Summary:A pilot study of a combination of highly active antiretroviral therapy (HAART) and cytokines in early HIV-1 infection has been undertaken to test the hypothesis that HIV-1 remission can be reached with this strategy by flushing latently infected viral reservoirs. Ten previously antiretroviral naive patients have received a combination of zidovudine, lamivudine, didanosine, saquinavir, and ritonavir for 72 weeks. Between weeks 12 and 48, three courses of interleukin (IL)-2 (7.5 millions of international units [MUI] twice a day for 5 consecutive days) and 2 courses of γ-interferon (IFN) (100 μg every other day during 2 weeks) were administered subcutaneously. All patients reached plasma HIV-1 RNA levels < 20 copies/ml within 12 ± 4 weeks. Transient increases in plasma levels (<120 copies/ml) were observed during administration of IL-2, but less frequently during γ-IFN administration. HIV-1 RNA decreased in lymph node cells by ˜ 4 log, then remained stable after week 24. A mean drop of -0.8 log in peripheral blood mononuclear cell (PBMC) proviral DNA was observed during the trial. Isolation of potentially infectious HIV-1 was successful in each case by coculture of CD4+ T cells taken at week 72. The 2 patients who stopped therapy at the end of the trial showed rebounding plasma HIV-1 RNA levels within a few weeks. No additional mutations were selected in comparison with those present at baseline in 8 patients. In addition, 2 patients developed new mutations in the reverse transcriptase or protease gene and in 1 case, resistance selection was found in lymphoid tissue HIV-1 RNA but not in latently infected cells. In all cases, a rapid increase in both naive and memory CD4+ T cells was observed, with a reduction in activation markers and preservation of the CD8+CD28+ subset. Consequently, an aggressive regimen of HAART and cytokines administered in early stage disease is associated with a positive effect in terms of proviral load reduction and immune reconstitution but is unable to induce HIV-1 remission, allowing low levels of viral replication to persist in lymphoid reservoirs.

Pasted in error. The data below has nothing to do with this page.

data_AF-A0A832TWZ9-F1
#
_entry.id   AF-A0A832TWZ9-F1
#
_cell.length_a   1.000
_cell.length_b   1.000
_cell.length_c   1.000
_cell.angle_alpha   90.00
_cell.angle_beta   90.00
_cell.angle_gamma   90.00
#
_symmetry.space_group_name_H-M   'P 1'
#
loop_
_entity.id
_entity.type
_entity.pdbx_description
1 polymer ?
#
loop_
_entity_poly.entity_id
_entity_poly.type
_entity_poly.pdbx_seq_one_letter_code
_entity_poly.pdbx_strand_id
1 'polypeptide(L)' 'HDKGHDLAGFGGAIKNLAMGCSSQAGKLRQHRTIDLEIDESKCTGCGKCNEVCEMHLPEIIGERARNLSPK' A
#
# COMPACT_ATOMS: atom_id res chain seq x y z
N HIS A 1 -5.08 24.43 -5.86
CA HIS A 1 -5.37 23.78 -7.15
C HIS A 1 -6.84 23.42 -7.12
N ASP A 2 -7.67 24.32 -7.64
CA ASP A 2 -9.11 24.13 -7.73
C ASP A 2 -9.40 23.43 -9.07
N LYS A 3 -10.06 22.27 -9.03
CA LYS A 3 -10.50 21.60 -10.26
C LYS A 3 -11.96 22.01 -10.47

Address correspondence and reprint requests to Alain Lafeuillade, Unité d'Infectiologie, Hôpital Chalucet, Rue Chalucet, 83056 Toulon CEDEX, France; e-mail: email@example.com.
This work was presented in part during the Seventh Conference on Retroviruses and Opportunistic Infections, San Francisco, California, U.S.A., 20000 [abstract 544].
Manuscript received June 6, 2000; accepted August 31, 2000.
© 2001 Lippincott Williams & Wilkins, Inc.